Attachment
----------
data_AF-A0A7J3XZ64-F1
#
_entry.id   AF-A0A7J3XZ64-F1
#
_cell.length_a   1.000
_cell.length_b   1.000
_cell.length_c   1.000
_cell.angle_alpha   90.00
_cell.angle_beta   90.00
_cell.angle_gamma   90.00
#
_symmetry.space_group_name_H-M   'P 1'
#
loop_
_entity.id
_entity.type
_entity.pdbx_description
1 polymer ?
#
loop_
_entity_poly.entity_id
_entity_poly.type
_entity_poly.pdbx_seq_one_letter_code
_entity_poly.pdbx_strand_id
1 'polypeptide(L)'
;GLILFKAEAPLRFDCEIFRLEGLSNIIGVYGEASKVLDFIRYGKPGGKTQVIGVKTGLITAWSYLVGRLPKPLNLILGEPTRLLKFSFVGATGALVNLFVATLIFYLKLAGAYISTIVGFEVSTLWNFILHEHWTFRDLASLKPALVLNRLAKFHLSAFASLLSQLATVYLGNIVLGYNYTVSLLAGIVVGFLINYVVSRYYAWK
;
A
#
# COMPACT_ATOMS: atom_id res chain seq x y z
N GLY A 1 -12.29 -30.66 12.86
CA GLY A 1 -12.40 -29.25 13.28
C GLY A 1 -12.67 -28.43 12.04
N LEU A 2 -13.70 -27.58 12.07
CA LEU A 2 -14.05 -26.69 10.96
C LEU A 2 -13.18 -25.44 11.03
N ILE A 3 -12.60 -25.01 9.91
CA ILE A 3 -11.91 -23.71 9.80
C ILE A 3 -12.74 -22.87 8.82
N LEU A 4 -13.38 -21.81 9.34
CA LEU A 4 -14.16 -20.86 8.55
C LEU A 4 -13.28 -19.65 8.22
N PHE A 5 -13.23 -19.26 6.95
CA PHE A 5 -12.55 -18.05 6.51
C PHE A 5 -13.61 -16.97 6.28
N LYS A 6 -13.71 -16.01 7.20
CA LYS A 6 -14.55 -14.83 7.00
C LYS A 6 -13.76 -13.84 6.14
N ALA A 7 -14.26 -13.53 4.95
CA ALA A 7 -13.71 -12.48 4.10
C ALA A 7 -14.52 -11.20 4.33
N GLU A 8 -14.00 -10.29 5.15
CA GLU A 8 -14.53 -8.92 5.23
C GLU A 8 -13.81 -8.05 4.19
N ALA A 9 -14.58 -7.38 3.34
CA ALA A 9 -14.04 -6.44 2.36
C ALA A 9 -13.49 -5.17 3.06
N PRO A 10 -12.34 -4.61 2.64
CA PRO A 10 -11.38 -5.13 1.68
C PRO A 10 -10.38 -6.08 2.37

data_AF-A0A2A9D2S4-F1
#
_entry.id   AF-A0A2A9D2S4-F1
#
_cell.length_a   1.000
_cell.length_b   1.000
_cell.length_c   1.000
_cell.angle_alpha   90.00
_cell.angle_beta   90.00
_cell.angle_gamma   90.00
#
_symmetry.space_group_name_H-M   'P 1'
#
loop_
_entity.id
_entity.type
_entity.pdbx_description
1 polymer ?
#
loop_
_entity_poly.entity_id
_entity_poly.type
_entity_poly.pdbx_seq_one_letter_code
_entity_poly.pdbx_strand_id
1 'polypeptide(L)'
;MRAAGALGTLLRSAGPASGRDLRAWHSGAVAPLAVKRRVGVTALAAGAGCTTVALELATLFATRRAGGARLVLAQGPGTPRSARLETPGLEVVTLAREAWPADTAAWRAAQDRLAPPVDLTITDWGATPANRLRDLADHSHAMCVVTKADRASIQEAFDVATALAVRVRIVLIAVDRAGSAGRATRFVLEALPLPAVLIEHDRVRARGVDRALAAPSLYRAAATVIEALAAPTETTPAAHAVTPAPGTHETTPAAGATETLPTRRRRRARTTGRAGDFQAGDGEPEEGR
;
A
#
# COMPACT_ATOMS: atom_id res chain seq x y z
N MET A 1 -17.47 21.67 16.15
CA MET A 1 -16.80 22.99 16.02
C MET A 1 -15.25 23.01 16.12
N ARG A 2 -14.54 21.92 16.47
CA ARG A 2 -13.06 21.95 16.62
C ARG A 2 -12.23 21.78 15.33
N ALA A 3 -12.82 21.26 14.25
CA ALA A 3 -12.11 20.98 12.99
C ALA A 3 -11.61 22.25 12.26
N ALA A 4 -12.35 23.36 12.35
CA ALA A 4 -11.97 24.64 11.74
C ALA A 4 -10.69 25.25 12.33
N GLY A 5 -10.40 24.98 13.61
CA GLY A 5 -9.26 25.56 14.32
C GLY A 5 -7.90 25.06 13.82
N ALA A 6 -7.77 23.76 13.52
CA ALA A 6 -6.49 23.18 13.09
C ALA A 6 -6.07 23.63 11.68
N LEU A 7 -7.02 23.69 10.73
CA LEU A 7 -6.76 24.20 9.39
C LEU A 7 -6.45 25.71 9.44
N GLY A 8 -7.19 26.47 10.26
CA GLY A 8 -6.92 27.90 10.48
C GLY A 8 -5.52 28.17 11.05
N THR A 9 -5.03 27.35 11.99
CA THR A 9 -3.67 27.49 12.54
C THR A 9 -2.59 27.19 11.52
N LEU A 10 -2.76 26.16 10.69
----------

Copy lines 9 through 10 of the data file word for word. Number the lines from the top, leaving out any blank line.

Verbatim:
_cell.angle_beta   90.00
_cell.angle_gamma   90.00